4 Things Every Maine School Volunteer Should Know

Most schools couldn’t run without parents and grandparents who act as classroom helpers, dance chaperones, PTO officers, fund-raisers and field trip drivers. Volunteering is a great way to be involved in your children’s education, and to meet their classmates and their families. It can also expose you to liability. Does your insurance cover these activities?

Classroom Activities

School Volunteer
flickr photo by cambodia4kidsorg

  • While you’re volunteering in the classroom, the school’s insurance policy protects them against liability if someone gets hurt, provided you’re engaged in a school activity.
  • If you are sued individually, your homeowners or renter’s policy should pay to defend you against claims for bodily injury or property damage. Not every homeowners policy covers “Personal Injury” – such accusations as slander, libel, defamation of character or invasion of privacy. Make sure your policy has this coverage!

Outside the Classroom

Things are a little trickier here. Let’s say you’re a chaperone on a field trip to the county fair, and one of your students wanders away from the group and is hurt.

Students on a Field Trip
Flickr photo gingerbydesign
  • The school’s insurance policy will protect them against liability on a school-sanctioned event. Most policies will also protect volunteers, but you never know how much coverage the school district bought, or even if the premium has been paid to keep the policy in place.
  • Your homeowners liability coverage should again protect you if you’re sued for bodily injury or property damage (or personal injury if you took our advice above and bought that coverage). How much coverage do you need? We generally recommend a $500,000  liability limit, the most you can buy on most homeowners policies. You should also consider an umbrella liability policy to provide even broader asset protection.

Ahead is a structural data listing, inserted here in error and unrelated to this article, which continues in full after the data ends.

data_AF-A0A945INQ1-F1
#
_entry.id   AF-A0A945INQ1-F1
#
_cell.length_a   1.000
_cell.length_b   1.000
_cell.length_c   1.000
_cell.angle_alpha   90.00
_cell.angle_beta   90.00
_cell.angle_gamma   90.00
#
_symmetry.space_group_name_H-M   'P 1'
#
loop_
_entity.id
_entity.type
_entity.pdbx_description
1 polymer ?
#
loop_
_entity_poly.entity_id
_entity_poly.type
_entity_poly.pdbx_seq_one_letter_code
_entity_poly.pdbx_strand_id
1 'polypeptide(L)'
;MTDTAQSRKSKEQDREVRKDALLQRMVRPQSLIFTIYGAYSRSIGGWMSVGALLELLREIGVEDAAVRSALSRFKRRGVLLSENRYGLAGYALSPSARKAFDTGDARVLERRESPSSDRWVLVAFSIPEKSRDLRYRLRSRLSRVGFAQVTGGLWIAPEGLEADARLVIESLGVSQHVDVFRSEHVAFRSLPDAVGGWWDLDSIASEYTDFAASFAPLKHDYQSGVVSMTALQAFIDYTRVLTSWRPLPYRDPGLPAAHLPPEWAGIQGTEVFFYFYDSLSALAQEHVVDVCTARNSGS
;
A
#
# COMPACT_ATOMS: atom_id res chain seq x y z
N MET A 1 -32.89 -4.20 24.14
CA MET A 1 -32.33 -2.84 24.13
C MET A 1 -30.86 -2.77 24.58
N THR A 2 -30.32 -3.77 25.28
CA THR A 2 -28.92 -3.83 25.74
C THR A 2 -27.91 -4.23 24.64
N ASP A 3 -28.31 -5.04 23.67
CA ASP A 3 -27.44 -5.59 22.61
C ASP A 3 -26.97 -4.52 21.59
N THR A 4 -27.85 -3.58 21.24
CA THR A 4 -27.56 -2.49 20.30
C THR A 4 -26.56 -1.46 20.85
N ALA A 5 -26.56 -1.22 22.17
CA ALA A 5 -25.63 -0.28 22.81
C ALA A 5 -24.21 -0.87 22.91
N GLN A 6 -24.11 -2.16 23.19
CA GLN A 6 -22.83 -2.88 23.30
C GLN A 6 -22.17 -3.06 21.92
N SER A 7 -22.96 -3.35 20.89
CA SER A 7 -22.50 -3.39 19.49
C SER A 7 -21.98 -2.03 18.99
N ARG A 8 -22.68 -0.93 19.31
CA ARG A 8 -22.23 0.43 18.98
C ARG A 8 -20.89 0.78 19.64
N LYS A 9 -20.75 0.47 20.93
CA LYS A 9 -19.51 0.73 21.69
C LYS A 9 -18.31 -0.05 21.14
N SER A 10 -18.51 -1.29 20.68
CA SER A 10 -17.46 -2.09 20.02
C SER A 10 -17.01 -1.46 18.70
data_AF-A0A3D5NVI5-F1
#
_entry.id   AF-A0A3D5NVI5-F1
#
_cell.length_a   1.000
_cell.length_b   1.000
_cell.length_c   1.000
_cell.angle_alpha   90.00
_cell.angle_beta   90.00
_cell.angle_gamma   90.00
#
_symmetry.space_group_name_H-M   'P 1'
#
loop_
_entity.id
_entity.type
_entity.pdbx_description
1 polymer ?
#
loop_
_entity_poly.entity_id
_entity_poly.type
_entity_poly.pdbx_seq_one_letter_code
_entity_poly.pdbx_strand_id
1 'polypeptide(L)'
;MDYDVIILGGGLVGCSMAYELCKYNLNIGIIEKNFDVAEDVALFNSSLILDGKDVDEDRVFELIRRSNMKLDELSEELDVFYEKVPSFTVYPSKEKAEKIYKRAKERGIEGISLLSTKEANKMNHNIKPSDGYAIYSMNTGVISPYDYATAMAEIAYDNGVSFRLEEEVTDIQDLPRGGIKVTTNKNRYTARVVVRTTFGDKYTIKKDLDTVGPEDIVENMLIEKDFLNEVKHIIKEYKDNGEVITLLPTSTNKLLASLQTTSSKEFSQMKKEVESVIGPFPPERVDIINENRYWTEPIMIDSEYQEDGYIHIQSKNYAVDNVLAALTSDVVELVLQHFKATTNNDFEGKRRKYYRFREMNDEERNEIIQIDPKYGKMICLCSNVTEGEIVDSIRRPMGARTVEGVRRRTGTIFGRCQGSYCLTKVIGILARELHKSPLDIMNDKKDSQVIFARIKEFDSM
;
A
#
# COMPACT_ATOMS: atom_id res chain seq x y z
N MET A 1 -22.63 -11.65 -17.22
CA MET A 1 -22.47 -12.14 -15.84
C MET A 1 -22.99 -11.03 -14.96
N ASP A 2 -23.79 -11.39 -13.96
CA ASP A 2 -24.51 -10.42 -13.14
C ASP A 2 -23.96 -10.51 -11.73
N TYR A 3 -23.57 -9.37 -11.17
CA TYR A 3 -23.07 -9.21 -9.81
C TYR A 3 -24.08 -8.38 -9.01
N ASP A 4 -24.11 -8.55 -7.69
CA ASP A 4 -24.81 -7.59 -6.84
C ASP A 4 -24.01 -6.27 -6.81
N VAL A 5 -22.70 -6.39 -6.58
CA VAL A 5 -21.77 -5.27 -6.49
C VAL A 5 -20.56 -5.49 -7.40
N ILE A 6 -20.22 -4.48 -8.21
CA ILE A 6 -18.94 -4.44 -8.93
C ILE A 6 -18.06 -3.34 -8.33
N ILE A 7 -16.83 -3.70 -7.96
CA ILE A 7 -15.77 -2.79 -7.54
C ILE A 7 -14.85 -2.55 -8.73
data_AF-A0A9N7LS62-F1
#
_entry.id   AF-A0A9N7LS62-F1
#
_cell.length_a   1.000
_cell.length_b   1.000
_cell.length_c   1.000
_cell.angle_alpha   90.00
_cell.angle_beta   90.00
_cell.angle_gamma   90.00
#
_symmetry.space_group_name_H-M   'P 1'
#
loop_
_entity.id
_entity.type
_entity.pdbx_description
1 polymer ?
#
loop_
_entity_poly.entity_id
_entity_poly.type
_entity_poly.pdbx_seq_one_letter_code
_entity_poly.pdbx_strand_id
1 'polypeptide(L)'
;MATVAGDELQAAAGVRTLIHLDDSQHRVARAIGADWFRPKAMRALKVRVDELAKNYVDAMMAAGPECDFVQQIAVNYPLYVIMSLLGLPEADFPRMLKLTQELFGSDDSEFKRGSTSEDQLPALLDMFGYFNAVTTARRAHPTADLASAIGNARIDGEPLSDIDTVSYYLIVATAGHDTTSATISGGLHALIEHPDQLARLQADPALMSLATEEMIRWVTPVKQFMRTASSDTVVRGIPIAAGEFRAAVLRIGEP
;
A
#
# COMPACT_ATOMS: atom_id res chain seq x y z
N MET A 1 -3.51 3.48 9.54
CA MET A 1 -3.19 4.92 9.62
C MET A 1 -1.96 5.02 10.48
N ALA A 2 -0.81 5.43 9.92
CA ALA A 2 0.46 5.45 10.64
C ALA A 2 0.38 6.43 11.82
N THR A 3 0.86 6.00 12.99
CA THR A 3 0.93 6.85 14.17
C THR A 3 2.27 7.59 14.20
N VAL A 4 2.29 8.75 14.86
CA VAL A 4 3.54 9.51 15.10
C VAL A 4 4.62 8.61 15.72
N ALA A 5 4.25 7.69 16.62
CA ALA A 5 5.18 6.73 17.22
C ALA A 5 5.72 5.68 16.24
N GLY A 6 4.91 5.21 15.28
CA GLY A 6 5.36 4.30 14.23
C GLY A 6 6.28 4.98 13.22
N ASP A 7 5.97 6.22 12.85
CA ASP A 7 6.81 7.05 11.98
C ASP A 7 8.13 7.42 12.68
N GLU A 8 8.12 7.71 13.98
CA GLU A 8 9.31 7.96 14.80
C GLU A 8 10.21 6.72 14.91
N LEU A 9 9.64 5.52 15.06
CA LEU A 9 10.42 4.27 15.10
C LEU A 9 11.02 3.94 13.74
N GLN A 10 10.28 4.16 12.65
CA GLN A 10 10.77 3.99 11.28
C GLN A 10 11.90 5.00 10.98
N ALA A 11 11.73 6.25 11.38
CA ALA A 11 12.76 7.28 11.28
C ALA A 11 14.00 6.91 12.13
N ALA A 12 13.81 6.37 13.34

What if you’re an officer in the PTO, or a fund-raiser? Some school policies will protect the PTO. Others do not. Before you join any non-profit board, you should find out whether your activities are covered. If not, your homeowners policy should protect you in the same way described above.

Two Big Holes

Your homeowners policy does not provide “errors and omissions” coverage (incorrect administration of the board) or “fiduciary” coverage (theft of money or property). All the more reason to make sure that the organization offers protection to you as a volunteer before you agree to serve.

Transporting Children

Child looking out a car window
flickr photo by woodleywonderworks

Most schools require proof of insurance before they’ll allow you to drive children to a school-sanctioned event. Their requirements may not be sufficient to protect you, though. It’s important to check on 3 coverages in your auto policy:

  • Liability – Too many people have liability coverage with “split limits” instead of “combined single limits”. A common split limit is $100,000 per person/$300,000 per occurrence for Bodily Injury, and $100,000 for Property Damage. Most people think that means they have  $300,000 of liability coverage if they’re at fault in an accident. Not really – unless 3 people are hurt, each with up to $100,000 of injuries. What they really have is $100,000 per person. By comparison, a $500,000 “combined single limit” policy has up to $500,000 to pay for Bodily Injury or Property Damage, no matter how it’s needed.
  • Uninsured Motorist – Although Maine mandates that drivers have liability insurance, many still don’t. And, the State minimum limits are a scrawny $50,000 per person/$100,000 per accident. If someone who’s un- or under-insured hits you, your UM coverage protects you and people riding with you up to the limit you choose. Choose wisely!
  • Medical Payments – You don’t have to be in an accident for someone to be hurt in or around your car. It doesn’t even have to be your fault. A kid could slam someone’s finger in a door, or close a hatchback on someone’s head. Kids have even been known to engage in horseplay in the car – hard to imagine, isn’t it? Anyway, the kid’s family’s medical insurance should pay for those injuries, right? Yes – unless they’re one of the 45 million uninsured Americans. Then, they might sue you for their injuries. So, make sure you choose appropriate medical payments limits if you’re transporting other peoples’ kids – whether for school or not!